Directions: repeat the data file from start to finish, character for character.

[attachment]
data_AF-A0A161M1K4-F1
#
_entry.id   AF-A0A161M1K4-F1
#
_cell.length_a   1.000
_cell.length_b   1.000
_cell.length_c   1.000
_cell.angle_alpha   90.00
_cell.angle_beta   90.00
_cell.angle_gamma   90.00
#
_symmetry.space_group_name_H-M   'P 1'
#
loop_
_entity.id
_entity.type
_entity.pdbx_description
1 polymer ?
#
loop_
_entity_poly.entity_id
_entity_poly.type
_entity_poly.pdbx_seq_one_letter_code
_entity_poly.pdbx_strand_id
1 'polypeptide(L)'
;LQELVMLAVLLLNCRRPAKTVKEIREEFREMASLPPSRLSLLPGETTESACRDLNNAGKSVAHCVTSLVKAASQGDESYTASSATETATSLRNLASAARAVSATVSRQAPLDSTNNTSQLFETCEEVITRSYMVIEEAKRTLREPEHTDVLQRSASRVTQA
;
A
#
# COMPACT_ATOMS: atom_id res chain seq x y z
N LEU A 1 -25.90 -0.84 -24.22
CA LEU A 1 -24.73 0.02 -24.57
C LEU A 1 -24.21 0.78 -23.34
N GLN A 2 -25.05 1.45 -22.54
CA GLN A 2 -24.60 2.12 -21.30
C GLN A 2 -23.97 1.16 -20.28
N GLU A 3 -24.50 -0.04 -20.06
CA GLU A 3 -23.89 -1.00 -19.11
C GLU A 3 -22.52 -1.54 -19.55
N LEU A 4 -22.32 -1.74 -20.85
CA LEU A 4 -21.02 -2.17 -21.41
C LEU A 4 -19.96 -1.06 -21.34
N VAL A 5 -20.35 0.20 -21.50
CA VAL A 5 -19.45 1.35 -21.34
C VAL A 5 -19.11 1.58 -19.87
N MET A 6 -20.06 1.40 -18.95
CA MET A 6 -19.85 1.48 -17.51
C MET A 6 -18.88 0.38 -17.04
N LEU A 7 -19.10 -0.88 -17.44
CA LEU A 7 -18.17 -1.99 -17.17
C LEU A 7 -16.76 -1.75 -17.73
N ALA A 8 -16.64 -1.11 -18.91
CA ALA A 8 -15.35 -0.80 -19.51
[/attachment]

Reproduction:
data_AF-A0A161M1K4-F1
#
_entry.id   AF-A0A161M1K4-F1
#
_cell.length_a   1.000
_cell.length_b   1.000
_cell.length_c   1.000
_cell.angle_alpha   90.00
_cell.angle_beta   90.00
_cell.angle_gamma   90.00
#
_symmetry.space_group_name_H-M   'P 1'
#
loop_
_entity.id
_entity.type
_entity.pdbx_description
1 polymer ?
#
loop_
_entity_poly.entity_id
_entity_poly.type
_entity_poly.pdbx_seq_one_letter_code
_entity_poly.pdbx_strand_id
1 'polypeptide(L)'
;LQELVMLAVLLLNCRRPAKTVKEIREEFREMASLPPSRLSLLPGETTESACRDLNNAGKSVAHCVTSLVKAASQGDESYTASSATETATSLRNLASAARAVSATVSRQAPLDSTNNTSQLFETCEEVITRSYMVIEEAKRTLREPEHTDVLQRSASRVTQA
;
A
#
# COMPACT_ATOMS: atom_id res chain seq x y z
N LEU A 1 -25.90 -0.84 -24.22
CA LEU A 1 -24.73 0.02 -24.57
C LEU A 1 -24.21 0.78 -23.34
N GLN A 2 -25.05 1.45 -22.54
CA GLN A 2 -24.60 2.12 -21.30
C GLN A 2 -23.97 1.16 -20.28
N GLU A 3 -24.50 -0.04 -20.06
CA GLU A 3 -23.89 -1.00 -19.11
C GLU A 3 -22.52 -1.54 -19.55
N LEU A 4 -22.32 -1.74 -20.85
CA LEU A 4 -21.02 -2.17 -21.41
C LEU A 4 -19.96 -1.06 -21.34
N VAL A 5 -20.35 0.20 -21.50
CA VAL A 5 -19.45 1.35 -21.34
C VAL A 5 -19.11 1.58 -19.87
N MET A 6 -20.06 1.40 -18.95
CA MET A 6 -19.85 1.48 -17.51
C MET A 6 -18.88 0.38 -17.04
N LEU A 7 -19.10 -0.88 -17.44
CA LEU A 7 -18.17 -1.99 -17.17
C LEU A 7 -16.76 -1.75 -17.73
N ALA A 8 -16.64 -1.11 -18.91
CA ALA A 8 -15.35 -0.80 -19.51